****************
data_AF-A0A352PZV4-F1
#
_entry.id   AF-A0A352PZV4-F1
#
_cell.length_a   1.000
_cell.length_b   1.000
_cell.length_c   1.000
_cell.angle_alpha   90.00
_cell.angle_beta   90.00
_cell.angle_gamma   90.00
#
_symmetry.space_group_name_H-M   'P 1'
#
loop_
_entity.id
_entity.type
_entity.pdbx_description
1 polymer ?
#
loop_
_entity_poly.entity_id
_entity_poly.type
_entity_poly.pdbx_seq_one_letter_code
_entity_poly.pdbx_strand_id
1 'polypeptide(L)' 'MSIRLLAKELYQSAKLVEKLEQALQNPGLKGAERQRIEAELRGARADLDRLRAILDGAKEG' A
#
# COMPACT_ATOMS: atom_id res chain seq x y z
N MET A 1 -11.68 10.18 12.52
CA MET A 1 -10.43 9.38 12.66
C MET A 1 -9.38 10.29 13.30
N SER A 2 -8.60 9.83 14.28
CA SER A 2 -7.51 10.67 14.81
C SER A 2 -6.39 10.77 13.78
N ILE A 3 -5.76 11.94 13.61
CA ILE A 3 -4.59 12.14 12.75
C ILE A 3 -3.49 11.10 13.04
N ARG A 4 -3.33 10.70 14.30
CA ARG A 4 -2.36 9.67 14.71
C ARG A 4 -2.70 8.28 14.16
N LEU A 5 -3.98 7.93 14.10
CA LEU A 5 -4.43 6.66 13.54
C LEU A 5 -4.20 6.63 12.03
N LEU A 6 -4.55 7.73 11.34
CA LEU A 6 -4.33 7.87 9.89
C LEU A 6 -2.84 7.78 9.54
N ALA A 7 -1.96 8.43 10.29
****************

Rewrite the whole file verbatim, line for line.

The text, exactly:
data_AF-A0A352PZV4-F1
#
_entry.id   AF-A0A352PZV4-F1
#
_cell.length_a   1.000
_cell.length_b   1.000
_cell.length_c   1.000
_cell.angle_alpha   90.00
_cell.angle_beta   90.00
_cell.angle_gamma   90.00
#
_symmetry.space_group_name_H-M   'P 1'
#
loop_
_entity.id
_entity.type
_entity.pdbx_description
1 polymer ?
#
loop_
_entity_poly.entity_id
_entity_poly.type
_entity_poly.pdbx_seq_one_letter_code
_entity_poly.pdbx_strand_id
1 'polypeptide(L)' 'MSIRLLAKELYQSAKLVEKLEQALQNPGLKGAERQRIEAELRGARADLDRLRAILDGAKEG' A
#
# COMPACT_ATOMS: atom_id res chain seq x y z
N MET A 1 -11.68 10.18 12.52
CA MET A 1 -10.43 9.38 12.66
C MET A 1 -9.38 10.29 13.30
N SER A 2 -8.60 9.83 14.28
CA SER A 2 -7.51 10.67 14.81
C SER A 2 -6.39 10.77 13.78
N ILE A 3 -5.76 11.94 13.61
CA ILE A 3 -4.59 12.14 12.75
C ILE A 3 -3.49 11.10 13.04
N ARG A 4 -3.33 10.70 14.30
CA ARG A 4 -2.36 9.67 14.71
C ARG A 4 -2.70 8.28 14.16
N LEU A 5 -3.98 7.93 14.10
CA LEU A 5 -4.43 6.66 13.54
C LEU A 5 -4.20 6.63 12.03
N LEU A 6 -4.55 7.73 11.34
CA LEU A 6 -4.33 7.87 9.89
C LEU A 6 -2.84 7.78 9.54
N ALA A 7 -1.96 8.43 10.29